Sociology & Social Policy

Sociology & Social Policy from the Theory topic of AQA A level Sociology

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Social & Sociological Problems

Social Problems - a piece of social behaviour that causes public misery and calls for collective action to stop it such as poverty, educational unachievement etc

Sociological Problems - any pattern of relationships that calls for an explanation such as something society regards as a social problem like why some people are poor

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The influence of sociology on policy

Even when sociologists do conduct research into social problems there is no guarantee that policy makers will study their findings. Many factors may affect whether or not sociological research succeeds in influencing policy:

  • Electoral popularity - research findings and recommendations might point to a policy that would be unpopular with voters
  • Funding - sociologists may adapt their beliefs in order to gain funding
  • Critical sociology - sociologists who are critical of the state such as marxists may be regarded as too extreme so are unlikely to influence policy
  • Cost - even if the government is sympathetic to the sociologist's findings it may have other spending priorities
  • Globalisation - international organisations like the EU are able to influence the social policies of individual governments
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Perspectives on social policy & sociology

Positivism & Functionalism

The Positivist approach was part of the Enlightenment project to use science and reason to improve society such as Durkheim's analysis leading him to propose a meritocratic education system to promote social cohesion

Functionalists see the state as serving the interests of society as a whole by implementing policies for the good of all such as housing policies to assist the family in performing its functions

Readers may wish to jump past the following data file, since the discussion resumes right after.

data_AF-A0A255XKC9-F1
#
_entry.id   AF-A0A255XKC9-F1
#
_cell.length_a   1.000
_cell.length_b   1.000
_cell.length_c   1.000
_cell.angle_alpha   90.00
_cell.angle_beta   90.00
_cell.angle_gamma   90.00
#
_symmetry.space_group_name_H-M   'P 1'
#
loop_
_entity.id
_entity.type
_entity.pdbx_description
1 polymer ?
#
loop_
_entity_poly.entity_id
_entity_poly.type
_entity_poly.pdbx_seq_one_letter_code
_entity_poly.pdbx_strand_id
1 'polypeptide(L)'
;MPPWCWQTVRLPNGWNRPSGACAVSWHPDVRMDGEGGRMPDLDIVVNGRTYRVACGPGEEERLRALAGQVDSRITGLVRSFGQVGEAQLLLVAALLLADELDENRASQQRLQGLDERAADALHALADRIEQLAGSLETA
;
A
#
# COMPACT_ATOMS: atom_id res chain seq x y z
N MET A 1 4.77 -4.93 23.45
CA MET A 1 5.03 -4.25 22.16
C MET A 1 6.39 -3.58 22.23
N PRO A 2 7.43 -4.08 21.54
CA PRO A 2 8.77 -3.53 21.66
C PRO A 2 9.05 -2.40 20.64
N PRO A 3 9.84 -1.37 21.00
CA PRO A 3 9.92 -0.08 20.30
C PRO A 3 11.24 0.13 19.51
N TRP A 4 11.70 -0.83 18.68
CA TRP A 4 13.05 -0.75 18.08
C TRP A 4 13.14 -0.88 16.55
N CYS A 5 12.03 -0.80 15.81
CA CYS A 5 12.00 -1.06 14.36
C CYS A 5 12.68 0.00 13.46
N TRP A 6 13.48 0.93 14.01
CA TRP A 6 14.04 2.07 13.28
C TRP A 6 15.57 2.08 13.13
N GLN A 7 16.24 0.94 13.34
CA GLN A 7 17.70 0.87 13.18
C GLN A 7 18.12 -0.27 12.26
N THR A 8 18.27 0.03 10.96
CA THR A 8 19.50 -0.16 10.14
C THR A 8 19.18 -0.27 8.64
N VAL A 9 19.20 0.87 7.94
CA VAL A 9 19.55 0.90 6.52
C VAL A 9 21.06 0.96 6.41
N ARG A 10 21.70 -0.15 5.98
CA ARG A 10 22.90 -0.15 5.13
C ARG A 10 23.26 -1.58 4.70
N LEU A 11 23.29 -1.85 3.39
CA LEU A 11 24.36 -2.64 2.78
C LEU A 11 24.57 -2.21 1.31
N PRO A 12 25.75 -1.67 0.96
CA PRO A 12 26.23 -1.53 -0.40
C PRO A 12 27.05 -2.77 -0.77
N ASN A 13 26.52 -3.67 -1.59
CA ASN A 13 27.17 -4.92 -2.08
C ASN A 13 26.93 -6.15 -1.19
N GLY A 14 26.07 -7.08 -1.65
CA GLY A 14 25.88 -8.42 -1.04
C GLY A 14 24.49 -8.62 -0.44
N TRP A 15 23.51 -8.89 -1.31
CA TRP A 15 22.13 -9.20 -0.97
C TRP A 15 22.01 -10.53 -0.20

For both approaches the sociologist's role is to provide the state with objective, scientific information and investigate social problems scientifically

Functionalists like piecemeal social engineering policies where they favour a cautious approach, tackling one issue at a time. However, Marxists argue that educational policies aimed at equalising opportunities are just defeated by the influence of poverty in wider society

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Perspectives on social policy & sociology

Social Democratic Perspective

They argue that sociologists should use their research to create social policy which can redistribute wealth from the rich to the poor. Townsend states that sociologists should be involved in researching social problems and making policy recommendations to eradicate them

The 1980 Black Report on class inequalities in health made policy recommendations to reduce these deep rooted inequalities such as free school meals for all children. However when Mrs Thatcher's Conservative government came into power they refused to implement it on grounds of cost

  • Marxists criticise this perspective and say that capitalism is ultimately responsible for these inequalities because they won't implement costy policies to benefit only the working class. Postmodernists criticise it as it is impossible to discover truth so sociological findings cannot provide a basis for policy making